Environmental team to crack down on flytipping and other offences
Midlothian Council is to fund four full-time wardens to crack down on flytipping, dog fouling, littering and other offences as part of a new, dedicated environmental crime team.
During the year-long pilot project, the new team will have power to issue statutory and fixed penalty notices to offenders and report potential crimes to the procurator fiscal.
Part of new strategy
The team is among a range of measures outlined in a new Environmental Crime Enforcement Strategy report approved by councillors on Tuesday.
Midlothian Council’s Cabinet Member with responsibility for the environment, Councillor Russell Imrie said: “Issues such as fly-tipping, littering, dog fouling, graffiti and fly-posting can have a massive impact on local residents and wildlife. We all want to enjoy living in a clean, green environment and to feel proud of our area. That’s why we’re committed to doing more to make sure local areas are not blighted by environmental crimes.”
Drain on resources
Cllr Imrie said responding to environmental issues was also a drain on council resources. Fly tipping alone costs the council around £60,000 a year.
Cost offset by income
He added: “We estimate the cost of funding the four posts – solely dedicated to tackling environmental crimes - and the associated costs of setting up the scheme - would be offset by the extra enforcement income.”
Trusted trader scheme
Other planned measures include implementing a Neighbourhood Environment Team to improve the visual amenity of our areas; and making it easier for people to dispose of their DIY waste by setting up a trusted trader type scheme. The council’s website would list approved and vetted traders who legally dispose of waste from work such as installing a new kitchen. As part of a pilot project, the council would also issue one tonne bags for disposing of specific domestic waste that can’t go in household bins and hire a vehicle to take those away for householders.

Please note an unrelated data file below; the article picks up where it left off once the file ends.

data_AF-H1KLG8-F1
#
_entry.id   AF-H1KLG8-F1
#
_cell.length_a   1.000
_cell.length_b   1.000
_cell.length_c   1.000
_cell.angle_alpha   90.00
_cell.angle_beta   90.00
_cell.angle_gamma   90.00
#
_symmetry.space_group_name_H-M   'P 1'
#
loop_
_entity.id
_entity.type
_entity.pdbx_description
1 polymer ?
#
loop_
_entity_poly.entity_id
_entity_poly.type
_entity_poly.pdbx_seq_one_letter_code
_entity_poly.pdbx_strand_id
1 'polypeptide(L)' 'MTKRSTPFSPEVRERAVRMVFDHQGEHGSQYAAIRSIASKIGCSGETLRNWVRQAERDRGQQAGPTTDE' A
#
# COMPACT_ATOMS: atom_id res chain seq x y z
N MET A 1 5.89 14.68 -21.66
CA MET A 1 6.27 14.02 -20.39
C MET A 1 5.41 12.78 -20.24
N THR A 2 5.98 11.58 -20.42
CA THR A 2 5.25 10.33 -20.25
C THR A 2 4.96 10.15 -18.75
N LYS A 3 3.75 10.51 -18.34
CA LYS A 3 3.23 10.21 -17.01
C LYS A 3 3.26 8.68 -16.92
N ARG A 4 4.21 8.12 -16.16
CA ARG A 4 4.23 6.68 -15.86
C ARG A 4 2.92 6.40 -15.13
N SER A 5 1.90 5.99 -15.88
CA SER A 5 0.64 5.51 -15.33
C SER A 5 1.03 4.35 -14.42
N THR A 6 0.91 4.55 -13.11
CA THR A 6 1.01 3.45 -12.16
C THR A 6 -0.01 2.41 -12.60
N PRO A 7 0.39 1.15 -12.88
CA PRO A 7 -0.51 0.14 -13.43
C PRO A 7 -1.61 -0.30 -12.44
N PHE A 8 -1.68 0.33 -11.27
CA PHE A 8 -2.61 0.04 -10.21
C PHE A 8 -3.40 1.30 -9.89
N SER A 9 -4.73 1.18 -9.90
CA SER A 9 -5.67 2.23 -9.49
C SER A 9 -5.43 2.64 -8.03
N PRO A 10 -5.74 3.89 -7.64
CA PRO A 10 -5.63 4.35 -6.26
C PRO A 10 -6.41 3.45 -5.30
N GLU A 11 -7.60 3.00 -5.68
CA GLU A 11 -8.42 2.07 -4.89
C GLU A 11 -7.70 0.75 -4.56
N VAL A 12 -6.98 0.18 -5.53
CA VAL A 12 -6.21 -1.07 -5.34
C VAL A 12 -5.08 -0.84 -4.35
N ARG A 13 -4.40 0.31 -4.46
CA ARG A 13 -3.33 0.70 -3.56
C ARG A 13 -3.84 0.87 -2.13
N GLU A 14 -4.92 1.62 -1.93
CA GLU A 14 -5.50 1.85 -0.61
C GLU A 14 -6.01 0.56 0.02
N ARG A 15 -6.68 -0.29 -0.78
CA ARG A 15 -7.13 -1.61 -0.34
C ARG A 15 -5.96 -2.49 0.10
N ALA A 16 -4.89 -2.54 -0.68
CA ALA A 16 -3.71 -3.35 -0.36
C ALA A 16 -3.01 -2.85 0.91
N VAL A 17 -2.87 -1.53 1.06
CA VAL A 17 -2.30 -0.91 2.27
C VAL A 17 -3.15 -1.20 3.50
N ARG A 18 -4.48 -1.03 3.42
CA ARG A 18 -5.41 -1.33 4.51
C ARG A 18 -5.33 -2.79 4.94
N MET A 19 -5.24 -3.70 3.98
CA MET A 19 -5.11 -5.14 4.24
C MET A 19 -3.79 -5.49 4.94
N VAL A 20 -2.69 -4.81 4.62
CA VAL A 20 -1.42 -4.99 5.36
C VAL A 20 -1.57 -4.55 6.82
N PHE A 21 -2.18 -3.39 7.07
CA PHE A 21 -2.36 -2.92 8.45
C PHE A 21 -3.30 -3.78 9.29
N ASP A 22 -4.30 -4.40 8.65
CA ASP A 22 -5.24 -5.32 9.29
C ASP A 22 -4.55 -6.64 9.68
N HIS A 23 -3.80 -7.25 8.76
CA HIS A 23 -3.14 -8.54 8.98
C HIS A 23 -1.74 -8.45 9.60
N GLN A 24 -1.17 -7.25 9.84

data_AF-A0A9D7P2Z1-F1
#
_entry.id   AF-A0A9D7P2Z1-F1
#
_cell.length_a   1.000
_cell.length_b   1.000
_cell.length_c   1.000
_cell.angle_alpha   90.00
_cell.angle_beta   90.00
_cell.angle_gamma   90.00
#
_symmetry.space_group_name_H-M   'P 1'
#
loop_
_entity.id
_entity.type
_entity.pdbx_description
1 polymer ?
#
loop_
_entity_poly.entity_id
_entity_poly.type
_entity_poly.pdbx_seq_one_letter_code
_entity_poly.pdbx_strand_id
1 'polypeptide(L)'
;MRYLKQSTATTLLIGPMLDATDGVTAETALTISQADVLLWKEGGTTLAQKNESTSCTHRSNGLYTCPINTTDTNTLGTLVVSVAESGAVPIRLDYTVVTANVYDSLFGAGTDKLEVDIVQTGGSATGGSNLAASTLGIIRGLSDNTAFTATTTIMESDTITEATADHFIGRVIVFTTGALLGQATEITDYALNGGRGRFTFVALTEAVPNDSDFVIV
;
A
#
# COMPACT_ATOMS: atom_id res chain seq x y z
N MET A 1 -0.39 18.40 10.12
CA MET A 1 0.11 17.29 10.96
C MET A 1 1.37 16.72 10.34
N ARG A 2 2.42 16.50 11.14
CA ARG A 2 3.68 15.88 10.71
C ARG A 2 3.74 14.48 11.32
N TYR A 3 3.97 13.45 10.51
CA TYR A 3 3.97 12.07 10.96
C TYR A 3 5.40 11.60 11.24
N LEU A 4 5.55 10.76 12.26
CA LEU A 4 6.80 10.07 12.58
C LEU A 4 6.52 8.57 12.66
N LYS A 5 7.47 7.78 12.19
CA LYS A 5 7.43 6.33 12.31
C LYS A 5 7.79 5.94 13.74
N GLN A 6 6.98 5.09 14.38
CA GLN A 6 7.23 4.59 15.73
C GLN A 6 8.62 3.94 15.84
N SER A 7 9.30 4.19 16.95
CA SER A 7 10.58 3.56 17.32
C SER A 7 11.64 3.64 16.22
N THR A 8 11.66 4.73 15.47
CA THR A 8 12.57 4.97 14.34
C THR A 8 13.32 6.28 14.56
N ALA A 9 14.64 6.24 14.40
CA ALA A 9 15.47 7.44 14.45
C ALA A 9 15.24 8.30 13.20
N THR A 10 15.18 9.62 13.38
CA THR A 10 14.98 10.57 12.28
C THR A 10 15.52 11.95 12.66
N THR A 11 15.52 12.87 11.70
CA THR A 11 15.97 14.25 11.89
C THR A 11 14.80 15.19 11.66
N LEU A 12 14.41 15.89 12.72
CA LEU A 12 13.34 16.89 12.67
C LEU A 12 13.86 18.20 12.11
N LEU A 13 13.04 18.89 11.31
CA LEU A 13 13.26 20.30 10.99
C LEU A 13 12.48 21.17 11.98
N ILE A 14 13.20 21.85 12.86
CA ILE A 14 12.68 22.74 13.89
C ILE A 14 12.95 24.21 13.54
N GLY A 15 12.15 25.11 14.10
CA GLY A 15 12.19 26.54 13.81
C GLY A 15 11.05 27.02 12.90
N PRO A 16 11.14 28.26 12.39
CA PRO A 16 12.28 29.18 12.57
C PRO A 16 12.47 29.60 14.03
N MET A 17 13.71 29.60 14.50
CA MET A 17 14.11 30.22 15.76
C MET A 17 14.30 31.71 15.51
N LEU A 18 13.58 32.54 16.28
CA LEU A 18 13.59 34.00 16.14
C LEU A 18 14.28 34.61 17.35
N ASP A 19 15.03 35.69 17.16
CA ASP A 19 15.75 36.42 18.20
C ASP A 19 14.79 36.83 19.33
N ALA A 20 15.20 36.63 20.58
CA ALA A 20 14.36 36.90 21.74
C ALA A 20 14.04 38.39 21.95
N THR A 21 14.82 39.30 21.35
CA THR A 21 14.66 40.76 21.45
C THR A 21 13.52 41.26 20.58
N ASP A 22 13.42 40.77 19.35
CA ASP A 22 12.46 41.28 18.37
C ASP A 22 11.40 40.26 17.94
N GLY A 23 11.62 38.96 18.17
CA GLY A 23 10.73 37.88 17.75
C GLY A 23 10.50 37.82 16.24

Cllr Imrie said: “Educating local people and encouraging them to change their behaviour will be another important strand of the strategy. For example, we want to do more with young people to educate them on the need to take responsibility for their local area while local groups will be encouraged to set up neighbourhood environmental improvement teams to work with us on tasks like litter picking and planting.”
Cllr Imrie said CCTV will be put in known hotspots. He said: “This will acts as a deterrent but will also give the new environmental crime team crucial evidence to identify the perpetrators.”
Coming in summer
The new team should be in place by the summer of 2022.